ASUS P8C WS, Intel Xeon E3-1245V2, 16 GB ECC RAM, Samsung 850 Evo 500 GB, Windows 10 Pro

Offline Rundvleeskroket

  • Full Member
  • ***
  • Posts: 145
Re: What "avast overseer" is?
« Reply #6 on: October 24, 2017, 09:43:54 PM »
Hi. I got this same alert from my firewall today. Found this thread after i saw it resided in the Avast directory.

What communication is the executable trying to establish exactly?

I blocked it, and I am considering deleting it. Because I don't know what data it is sending, and I don't like unknown executables to suddenly start chatting away without being informed and given an option.

Does blocking/deleting/removing this form task scheduler adversely affect Avast functionality, or is it completely superfluous?

FYI, it did not quit after a few seconds. It remained running. Perhaps because it could not complete its task.  I killed the process.

The thing I want to know most is when will you guys finally learn to be better at communicating these changes? Do you really think it is best to have people be startled by strange executables wanting to talk to some server? You provide AV, yet this behaviour screams virus/spyware. Your little application might be benign, but this kind of roll out certainly does nothing to assuage mistrust.

Offline slama1304

  • Newbie
  • *
  • Posts: 3
Re: What "avast overseer" is?
« Reply #7 on: December 06, 2017, 04:02:30 PM »
Asking .... :)
OK, that's really vague question but I'll try. :-)

It's a small independent application residing in its own directory, therefore it should be able to fix even most broken Avast installations. It's being run daily from task scheduler but it has really small footprint and if everything is fine, exits within seconds. It also has its own release cycle and is able to update itself automatically.

During its run, it identifies some well-known (but very hard to prevent) issues with our products and attempts to fix them, if possible. For example, it detects whether the antivirus service is running and if it is not, it triggers repair. Right now, that's about it. We'll see if it actually helps as much as many people in the office hope it will. :-)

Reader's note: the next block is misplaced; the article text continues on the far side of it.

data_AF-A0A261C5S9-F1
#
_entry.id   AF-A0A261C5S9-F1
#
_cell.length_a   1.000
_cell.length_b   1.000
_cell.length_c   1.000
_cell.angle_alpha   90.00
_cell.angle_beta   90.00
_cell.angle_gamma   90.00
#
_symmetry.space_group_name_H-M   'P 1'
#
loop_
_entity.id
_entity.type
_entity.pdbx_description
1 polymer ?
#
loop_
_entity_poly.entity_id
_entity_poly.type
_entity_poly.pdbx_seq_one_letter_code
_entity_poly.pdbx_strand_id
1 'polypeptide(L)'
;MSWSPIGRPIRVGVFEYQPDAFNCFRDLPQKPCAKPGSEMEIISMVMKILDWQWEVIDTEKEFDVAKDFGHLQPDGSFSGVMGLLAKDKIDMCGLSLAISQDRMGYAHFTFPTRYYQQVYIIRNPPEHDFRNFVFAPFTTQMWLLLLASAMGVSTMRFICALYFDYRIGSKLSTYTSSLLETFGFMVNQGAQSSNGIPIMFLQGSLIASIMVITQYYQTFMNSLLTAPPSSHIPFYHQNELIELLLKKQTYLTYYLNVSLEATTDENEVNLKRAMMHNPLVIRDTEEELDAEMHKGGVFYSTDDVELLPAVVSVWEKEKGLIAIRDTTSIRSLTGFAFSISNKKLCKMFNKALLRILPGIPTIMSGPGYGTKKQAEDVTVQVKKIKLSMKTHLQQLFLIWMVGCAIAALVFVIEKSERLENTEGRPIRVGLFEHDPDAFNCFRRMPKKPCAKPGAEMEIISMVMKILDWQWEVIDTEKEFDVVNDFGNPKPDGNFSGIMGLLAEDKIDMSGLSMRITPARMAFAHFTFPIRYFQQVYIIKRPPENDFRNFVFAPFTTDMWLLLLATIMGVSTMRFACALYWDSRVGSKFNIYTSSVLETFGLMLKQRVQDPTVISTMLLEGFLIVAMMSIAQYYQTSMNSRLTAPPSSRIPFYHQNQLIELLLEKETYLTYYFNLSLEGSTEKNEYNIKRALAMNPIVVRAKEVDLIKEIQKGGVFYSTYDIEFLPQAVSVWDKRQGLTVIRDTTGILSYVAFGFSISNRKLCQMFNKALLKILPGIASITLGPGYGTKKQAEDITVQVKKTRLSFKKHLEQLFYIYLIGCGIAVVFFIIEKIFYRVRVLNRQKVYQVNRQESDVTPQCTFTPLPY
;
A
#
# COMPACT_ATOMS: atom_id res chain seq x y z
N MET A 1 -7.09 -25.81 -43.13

I would like to know how are you able to install additional programs on my PC without me knowing?
What stops you from installing something else or someone exploiting this option to do same or worse?


Offline Judd120

  • Newbie
  • *
  • Posts: 1
Re: What "avast overseer" is?
« Reply #8 on: December 06, 2017, 04:33:57 PM »
Hi,

I have the same question as slama1304 and the others... why have you installed such a program on my computer without my permission and even worse intend for it run, daily, utilising my computers system resources (no matter how small you say it is) and even worse, having it communicating over the internet and updating itself without my express permission? I don't even allow Avast to automatically update as I have a limited data plan and besides want to update when I choose, not anyone else!

This is the behaviour of Spyware and immoral corporate practices. Please, respectfully, explain to me how to remove this immediately or I'll have to uninstall Avast.

I have now blocked this application via my firewall and it has repeatedly attempted to access the internet. I couldn't even end the process in Task Manager! It was utilising more and more system resources as it went through a loop until after 20 minutes or so it suddenly disappeared from task manager...

If I didn't know what this was I'd now be running anti-virus and malware scans which is exactly why I have Avast installed in the first place!

Honestly guys, what are you thinking?